a basic human emotional need. The fact that this powerful need exists
is by itself a strong statement (if not proof) about the existence of
a creator who built this in to our psyche. If the universe was only
a collection of random events without any expectation of justice and
fairness why would we have evolved such a deep need for something that
does not exist and is a mere futile figment of our overactive imagination?

Imagine one man who suffers continuing torment and torture and is torn
apart limb from limb, and another living the life of Riley with all the
pleasures life can provide. The first not harming a fly and the latter
a big strong thug who can take from others whatever he pleases. Yet
in the big picture, non of this makes any difference in the universe
at large and neither the suffering of the first nor the pleasures of
the latter make any more difference than the dust blowing in the wind,
or the gurgling water rushing in the brook or the countless stars and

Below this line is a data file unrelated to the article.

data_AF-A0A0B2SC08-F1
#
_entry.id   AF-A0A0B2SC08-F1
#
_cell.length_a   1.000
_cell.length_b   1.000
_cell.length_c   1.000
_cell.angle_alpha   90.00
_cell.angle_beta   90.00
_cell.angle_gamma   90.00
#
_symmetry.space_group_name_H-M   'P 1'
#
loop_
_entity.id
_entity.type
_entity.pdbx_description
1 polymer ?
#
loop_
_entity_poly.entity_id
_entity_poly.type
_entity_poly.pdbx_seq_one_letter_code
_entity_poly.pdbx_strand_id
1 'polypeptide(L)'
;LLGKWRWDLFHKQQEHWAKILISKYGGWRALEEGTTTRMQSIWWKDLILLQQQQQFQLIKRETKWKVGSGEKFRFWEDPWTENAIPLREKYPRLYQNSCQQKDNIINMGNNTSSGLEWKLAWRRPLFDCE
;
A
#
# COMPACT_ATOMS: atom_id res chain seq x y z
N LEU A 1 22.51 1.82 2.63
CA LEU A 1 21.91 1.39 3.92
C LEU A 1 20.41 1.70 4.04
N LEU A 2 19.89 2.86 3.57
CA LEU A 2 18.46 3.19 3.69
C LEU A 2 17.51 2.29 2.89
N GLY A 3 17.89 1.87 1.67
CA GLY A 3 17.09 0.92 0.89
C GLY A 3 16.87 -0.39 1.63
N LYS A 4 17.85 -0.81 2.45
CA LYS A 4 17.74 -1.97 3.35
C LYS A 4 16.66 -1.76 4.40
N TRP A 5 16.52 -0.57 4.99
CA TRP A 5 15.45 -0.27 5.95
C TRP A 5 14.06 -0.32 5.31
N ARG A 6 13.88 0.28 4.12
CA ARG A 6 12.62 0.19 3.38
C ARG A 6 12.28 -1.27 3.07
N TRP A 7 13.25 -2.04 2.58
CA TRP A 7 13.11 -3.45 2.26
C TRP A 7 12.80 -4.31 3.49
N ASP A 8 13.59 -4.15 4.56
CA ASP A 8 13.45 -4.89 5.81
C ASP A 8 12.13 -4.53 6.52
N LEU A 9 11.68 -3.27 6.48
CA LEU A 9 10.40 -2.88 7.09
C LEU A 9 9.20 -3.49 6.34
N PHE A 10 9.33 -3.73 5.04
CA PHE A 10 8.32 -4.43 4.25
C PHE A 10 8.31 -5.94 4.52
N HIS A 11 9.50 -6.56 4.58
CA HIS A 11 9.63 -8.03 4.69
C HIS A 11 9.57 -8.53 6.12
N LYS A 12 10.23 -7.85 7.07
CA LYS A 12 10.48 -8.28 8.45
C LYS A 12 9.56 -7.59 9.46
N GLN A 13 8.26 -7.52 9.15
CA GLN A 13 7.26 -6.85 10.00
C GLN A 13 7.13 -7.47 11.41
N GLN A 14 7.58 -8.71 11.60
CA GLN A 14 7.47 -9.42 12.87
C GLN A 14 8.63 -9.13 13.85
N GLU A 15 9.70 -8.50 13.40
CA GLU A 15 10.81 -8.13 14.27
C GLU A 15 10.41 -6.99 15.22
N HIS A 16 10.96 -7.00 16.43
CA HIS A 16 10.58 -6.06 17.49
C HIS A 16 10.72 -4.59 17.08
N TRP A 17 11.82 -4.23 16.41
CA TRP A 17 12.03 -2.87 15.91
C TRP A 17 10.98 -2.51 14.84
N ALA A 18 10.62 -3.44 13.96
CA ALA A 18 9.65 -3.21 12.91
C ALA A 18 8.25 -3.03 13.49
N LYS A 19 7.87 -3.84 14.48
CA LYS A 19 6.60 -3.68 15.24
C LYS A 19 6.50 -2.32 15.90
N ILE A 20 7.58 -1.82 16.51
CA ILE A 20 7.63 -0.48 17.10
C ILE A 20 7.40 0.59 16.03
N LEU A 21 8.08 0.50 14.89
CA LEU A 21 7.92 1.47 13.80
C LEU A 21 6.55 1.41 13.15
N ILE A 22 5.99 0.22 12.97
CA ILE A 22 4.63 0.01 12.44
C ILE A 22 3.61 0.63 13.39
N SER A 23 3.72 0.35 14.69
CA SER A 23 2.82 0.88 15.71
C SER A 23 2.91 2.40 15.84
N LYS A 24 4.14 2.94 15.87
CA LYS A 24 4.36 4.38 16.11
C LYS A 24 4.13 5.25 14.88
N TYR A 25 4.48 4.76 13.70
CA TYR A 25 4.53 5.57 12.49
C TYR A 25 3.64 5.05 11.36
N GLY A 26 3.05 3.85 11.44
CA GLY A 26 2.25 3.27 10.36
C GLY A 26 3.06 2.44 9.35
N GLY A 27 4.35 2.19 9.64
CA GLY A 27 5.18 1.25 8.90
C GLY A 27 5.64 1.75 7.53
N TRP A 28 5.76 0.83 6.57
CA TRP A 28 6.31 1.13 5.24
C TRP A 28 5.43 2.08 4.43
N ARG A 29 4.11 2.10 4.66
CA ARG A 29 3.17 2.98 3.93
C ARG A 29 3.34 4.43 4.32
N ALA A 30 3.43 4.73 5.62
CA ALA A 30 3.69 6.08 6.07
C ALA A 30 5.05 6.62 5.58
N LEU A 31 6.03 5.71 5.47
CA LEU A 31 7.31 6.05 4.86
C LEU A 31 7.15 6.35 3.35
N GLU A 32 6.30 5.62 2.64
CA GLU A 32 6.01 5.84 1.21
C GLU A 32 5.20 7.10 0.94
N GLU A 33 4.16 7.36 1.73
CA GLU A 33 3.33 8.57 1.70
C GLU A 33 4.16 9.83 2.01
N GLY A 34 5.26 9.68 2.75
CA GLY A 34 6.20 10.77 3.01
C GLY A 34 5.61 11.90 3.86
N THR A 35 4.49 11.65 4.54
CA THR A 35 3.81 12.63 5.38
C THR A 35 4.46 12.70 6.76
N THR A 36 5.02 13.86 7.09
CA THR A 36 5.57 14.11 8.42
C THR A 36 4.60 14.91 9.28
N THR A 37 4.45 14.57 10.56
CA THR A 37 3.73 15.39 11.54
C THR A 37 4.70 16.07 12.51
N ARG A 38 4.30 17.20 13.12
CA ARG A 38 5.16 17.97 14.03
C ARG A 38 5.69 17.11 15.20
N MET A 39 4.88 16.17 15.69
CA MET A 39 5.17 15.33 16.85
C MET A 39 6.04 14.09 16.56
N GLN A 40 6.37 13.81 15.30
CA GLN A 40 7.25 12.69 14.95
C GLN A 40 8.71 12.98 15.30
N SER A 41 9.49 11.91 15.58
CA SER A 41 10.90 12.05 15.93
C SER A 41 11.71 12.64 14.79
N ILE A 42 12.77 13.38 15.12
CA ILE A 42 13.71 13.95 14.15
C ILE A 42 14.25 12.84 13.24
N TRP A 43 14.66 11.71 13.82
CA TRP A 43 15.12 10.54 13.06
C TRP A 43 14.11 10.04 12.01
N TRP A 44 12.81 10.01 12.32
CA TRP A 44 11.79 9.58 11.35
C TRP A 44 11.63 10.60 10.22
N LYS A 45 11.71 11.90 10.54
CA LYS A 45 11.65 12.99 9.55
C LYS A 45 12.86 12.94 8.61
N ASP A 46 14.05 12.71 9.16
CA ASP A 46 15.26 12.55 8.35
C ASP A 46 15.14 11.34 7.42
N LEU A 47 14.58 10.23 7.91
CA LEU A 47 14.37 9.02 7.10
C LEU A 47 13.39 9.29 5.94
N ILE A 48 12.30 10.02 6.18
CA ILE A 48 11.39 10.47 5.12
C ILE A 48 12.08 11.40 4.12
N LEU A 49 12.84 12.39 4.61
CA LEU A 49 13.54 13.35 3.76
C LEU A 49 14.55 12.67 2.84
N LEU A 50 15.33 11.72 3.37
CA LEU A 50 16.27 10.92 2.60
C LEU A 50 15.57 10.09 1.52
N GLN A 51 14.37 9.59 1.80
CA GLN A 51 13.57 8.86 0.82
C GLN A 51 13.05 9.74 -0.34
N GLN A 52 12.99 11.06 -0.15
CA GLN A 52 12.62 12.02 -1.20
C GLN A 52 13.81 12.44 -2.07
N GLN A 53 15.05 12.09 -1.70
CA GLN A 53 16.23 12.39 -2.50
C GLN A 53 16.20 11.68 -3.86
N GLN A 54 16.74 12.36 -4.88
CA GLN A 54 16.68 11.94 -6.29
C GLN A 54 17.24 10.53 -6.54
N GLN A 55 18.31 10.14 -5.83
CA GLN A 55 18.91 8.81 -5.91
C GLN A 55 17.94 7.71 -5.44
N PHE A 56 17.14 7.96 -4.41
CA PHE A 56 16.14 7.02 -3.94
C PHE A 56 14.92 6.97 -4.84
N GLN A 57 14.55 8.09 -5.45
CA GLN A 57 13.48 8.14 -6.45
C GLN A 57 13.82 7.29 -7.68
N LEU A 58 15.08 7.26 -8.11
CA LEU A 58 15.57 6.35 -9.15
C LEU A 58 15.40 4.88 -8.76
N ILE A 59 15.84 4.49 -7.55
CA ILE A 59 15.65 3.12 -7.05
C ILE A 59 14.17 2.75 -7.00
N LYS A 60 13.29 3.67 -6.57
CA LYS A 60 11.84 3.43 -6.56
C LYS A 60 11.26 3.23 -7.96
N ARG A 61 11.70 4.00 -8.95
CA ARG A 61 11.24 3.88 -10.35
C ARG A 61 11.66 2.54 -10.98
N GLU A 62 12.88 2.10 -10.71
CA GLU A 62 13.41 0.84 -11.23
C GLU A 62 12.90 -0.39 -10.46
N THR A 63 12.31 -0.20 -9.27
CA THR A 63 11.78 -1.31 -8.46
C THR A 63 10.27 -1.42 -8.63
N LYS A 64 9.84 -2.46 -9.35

galaxies traversing timeless and meaningless orbits. None of it matters,
none of it is remembered, none of it is recorded, none of it is punished,
none of it is rewarded and ultimately none of it matters any more
than a hill of beans. Our psyche can not accept such a world. Such a
world without (has vesholom) a creator is the ultimate Haveil Havolim,
pointless and meaningless.

Kol Tuv
Chaim Manaster

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Date: Thu, 9 Feb 2006 18:58:01 -0500 (EST)
From: Harry Weiss <hjweiss@panix.com>
Re: Kashrus

 From: Moshe Feldman <moshe.feldman@gmail.com>
> As a practical matter, it is possible that the OU decided that given
> the wide range of places that it services, it cannot rely on a frum
> person's good reputation and therefore wants a mashgiach temidi even on
> the premises of a restaurant run by frum people and frequented by frum
> people. However, AIUI this is a new phenomenon and is not based on the
> requirements of the S.A. Therefore, we should not condemn hashgachos which
> have not accepted the OU's chumra (which, incidentally, is a money-maker
> for OU), or people who continue to eat in heimeishe restaurants run by
> people they know and trust.

I agree with what you are saying. Everything has to depend on the
situation and a competent Rav has to make a call. In our community if our
butcher/deli was forced to have a mashgiach temidi, he would be forced to
shut down immediately. In our case many of the customers who come from C